Bipartisan Plan to Trade Immigrant Rights for Ukraine Money Is Sinking Fast

“I think this is a ridiculous position to put us in,” said Democratic Sen. Chris Murphy of the negotiations.

WASHINGTON, DC - OCTOBER 13: The U.S. Capitol Building is secured in response to a call for a "Day of Rage" on October 13, 2023 in Washington, DC. Security has increased across the U.S. in response to last weekend's Hamas attacks on Israel. (Photo by Win McNamee/Getty Images)
The U.S. Capitol Building on October 13, 2023 in Washington, D.C. Photo: Win McNamee/Getty Images

A bipartisan effort to gain votes for a bill that would trade immigrant rights for military assistance to Ukraine appears to be falling apart, getting traction with neither Democrats nor Republicans. The plan, reported yesterday, would attach a border enforcement component to President Joe Biden’s $106 billion supplemental funding request.

“I think this is a ridiculous position to put us in,” said Sen. Chris Murphy, a Democrat from Connecticut. “Holding Israel aid and Ukraine aid hostage to solving a complicated domestic issue is really unfortunate.” 

The current negotiation has been the latest in a series of efforts by Democrats to placate Republican criticisms of Biden’s handling of the southern border, as well as an effort by Senate Minority Leader Mitch McConnell to win Ukraine funding and placate Republicans skeptical of the war.

The so-called Gang of Four negotiators includes Murphy, who chairs the appropriations subcommittee that funds immigration operations at the Department of Homeland Security; Sens. Thom Tillis, R-N.C., and Kyrsten Sinema, I-Ariz., who have made themselves fixtures in migration policy negotiations during the current Congress; and Sen. James Lankford, R-Okla., an avowed immigration hawk with close ties to Donald Trump senior adviser Stephen Miller.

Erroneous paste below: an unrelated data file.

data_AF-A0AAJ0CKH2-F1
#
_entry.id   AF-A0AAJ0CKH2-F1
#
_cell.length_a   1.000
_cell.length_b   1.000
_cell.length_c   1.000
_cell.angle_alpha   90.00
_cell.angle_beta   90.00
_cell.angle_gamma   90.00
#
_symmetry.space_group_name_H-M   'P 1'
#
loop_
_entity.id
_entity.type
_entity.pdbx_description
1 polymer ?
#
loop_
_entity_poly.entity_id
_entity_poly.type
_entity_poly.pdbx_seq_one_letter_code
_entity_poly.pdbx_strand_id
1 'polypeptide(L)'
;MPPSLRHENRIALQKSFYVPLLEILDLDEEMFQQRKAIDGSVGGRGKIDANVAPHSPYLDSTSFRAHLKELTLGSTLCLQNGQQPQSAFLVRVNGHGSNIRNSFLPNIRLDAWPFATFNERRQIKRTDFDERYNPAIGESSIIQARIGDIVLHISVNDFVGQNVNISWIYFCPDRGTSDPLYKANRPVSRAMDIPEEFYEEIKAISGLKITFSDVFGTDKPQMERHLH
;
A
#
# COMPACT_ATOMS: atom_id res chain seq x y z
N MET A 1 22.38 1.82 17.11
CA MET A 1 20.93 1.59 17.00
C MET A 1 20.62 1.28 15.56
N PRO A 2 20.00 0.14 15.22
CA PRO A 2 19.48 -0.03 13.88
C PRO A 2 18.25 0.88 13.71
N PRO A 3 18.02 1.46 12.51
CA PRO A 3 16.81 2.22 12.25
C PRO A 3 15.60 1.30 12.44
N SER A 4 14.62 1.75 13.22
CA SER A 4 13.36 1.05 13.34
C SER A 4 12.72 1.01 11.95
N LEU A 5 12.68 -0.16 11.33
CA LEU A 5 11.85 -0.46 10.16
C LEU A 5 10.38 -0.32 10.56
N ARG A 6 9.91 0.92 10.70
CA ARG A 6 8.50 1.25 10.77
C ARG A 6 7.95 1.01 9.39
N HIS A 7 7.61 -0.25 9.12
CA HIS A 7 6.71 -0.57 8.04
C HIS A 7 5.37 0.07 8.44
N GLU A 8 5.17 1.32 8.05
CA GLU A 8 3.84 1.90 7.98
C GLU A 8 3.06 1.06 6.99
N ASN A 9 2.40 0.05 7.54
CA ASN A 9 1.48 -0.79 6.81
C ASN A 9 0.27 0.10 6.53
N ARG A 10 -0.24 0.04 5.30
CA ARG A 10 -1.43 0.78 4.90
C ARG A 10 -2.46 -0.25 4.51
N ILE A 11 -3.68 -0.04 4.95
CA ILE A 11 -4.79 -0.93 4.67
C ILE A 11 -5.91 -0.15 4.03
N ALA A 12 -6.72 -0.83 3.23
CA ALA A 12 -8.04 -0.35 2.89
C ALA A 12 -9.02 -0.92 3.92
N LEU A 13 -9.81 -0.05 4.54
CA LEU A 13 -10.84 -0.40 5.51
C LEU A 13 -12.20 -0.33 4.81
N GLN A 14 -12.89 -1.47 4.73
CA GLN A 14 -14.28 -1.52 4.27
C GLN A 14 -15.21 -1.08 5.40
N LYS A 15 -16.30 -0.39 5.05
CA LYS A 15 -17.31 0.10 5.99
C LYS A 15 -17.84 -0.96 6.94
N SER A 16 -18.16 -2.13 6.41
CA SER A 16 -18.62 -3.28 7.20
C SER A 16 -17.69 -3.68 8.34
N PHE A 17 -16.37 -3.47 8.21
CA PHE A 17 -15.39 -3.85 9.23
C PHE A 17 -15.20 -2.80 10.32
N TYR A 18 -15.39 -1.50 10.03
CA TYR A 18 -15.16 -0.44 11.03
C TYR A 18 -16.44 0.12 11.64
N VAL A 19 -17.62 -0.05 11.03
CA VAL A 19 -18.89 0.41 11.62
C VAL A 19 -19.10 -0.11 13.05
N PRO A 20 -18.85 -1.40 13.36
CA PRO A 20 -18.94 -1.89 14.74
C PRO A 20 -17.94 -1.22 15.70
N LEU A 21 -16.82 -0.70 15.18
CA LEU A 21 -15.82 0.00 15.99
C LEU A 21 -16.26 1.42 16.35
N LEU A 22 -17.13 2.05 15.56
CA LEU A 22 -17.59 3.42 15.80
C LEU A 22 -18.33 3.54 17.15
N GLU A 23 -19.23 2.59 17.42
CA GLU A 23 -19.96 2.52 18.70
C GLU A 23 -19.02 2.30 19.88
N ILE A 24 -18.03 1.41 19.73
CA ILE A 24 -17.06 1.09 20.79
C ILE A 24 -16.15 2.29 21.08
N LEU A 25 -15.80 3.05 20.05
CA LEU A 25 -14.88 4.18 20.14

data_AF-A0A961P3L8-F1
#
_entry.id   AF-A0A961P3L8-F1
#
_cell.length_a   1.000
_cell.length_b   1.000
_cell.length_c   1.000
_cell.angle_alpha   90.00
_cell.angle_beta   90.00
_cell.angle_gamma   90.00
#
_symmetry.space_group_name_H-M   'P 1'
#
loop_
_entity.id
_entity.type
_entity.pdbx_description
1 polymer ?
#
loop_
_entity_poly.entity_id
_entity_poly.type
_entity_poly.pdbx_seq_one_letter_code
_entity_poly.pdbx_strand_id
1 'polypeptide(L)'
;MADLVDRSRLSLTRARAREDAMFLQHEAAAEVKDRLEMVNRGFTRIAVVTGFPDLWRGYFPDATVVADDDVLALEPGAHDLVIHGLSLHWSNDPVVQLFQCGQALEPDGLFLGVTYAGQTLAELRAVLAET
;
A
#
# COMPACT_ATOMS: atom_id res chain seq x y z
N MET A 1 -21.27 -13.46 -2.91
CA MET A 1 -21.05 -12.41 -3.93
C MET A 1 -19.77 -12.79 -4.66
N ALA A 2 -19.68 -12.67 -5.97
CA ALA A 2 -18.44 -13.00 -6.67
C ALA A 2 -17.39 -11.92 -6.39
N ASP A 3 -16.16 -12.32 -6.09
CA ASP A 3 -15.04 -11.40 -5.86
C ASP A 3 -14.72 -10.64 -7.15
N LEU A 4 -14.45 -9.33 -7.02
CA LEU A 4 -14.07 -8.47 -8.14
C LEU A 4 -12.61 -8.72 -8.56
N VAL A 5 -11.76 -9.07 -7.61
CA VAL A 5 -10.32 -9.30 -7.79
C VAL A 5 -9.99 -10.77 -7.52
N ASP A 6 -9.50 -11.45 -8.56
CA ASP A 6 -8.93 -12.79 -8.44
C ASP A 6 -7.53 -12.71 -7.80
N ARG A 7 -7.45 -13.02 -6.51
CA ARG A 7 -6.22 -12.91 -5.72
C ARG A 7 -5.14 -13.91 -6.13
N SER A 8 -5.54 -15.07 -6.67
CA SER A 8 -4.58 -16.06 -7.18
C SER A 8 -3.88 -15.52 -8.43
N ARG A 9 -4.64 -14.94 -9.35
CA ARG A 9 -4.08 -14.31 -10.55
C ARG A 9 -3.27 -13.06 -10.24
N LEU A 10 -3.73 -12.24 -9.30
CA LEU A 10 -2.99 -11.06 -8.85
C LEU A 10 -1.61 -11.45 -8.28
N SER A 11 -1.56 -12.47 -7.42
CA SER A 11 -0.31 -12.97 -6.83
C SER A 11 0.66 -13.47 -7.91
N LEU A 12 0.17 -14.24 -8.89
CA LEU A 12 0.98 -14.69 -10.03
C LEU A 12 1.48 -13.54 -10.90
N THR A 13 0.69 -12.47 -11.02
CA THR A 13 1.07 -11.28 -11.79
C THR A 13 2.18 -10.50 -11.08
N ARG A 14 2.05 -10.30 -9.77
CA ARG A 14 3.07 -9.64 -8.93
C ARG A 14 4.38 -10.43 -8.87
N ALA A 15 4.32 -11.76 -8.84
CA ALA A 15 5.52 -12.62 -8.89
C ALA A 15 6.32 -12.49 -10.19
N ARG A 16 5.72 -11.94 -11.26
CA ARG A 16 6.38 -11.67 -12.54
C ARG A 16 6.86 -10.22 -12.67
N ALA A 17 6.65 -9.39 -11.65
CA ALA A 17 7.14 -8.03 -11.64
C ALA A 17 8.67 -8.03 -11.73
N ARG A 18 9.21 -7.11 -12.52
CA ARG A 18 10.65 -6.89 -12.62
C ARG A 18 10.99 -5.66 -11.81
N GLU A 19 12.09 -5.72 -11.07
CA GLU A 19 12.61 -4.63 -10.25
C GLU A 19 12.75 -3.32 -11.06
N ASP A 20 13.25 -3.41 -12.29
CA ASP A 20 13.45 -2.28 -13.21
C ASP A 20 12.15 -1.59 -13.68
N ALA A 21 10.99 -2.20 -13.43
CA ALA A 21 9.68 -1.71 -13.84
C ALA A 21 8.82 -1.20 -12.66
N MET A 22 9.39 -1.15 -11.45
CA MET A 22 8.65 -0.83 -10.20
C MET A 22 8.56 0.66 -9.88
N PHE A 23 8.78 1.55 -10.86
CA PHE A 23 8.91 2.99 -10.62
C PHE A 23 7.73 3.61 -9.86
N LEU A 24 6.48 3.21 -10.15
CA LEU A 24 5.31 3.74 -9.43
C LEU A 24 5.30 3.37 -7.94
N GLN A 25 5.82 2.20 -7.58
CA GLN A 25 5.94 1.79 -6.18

Hispanic Caucus senators, historically included in bipartisan migrant policy talks, were not happy to be excluded from the negotiating room. “There are four Democratic members of the United States Senate who are Latino and it’s important that their ideas, their inclusion, their expertise to be included in this,” said Sen. Ben Ray Luján, D-N.M., when asked if Murphy should be negotiating migrant policy with GOP nativists on behalf of Senate Democrats. 

Democratic Sen. Catherine Cortez Masto has been a nonfactor in the negotiations, despite having little to fear electorally having just won her reelection last year in Nevada. Sen. Bob Menendez, D-N.J., usually a vocal advocate for migrant rights, has been sidelined by criminal charges.

Murphy rejected the characterization of nativists versus migrant rights. “We’ve been engaged in serious talks and I’m not really sure they want to get ‘Yes,’” he said of Lankford and Tillis, implying that his GOP counterparts may be negotiating in bad faith. 

“I know Padilla would like to legalize 14 million people,” said Tillis. 

“No hay acuerdo,” Sen. Alex Padilla, D-Calif., who chairs the Senate Judiciary subcommittee on immigration, countered on Tuesday when I asked if asylum rights were on the chopping block, a Tillis priority. There’s still no deal. “If we’re going to continue to entertain these negotiations there has to be consideration for legalization,” he continued. 

On Wednesday, Padilla and Judiciary Committee Chair Dick Durbin issued a joint statement signed by nine other Senate Democrats demanding that any permanent changes to asylum rights include “a clear path to legalization for long-standing undocumented immigrants.”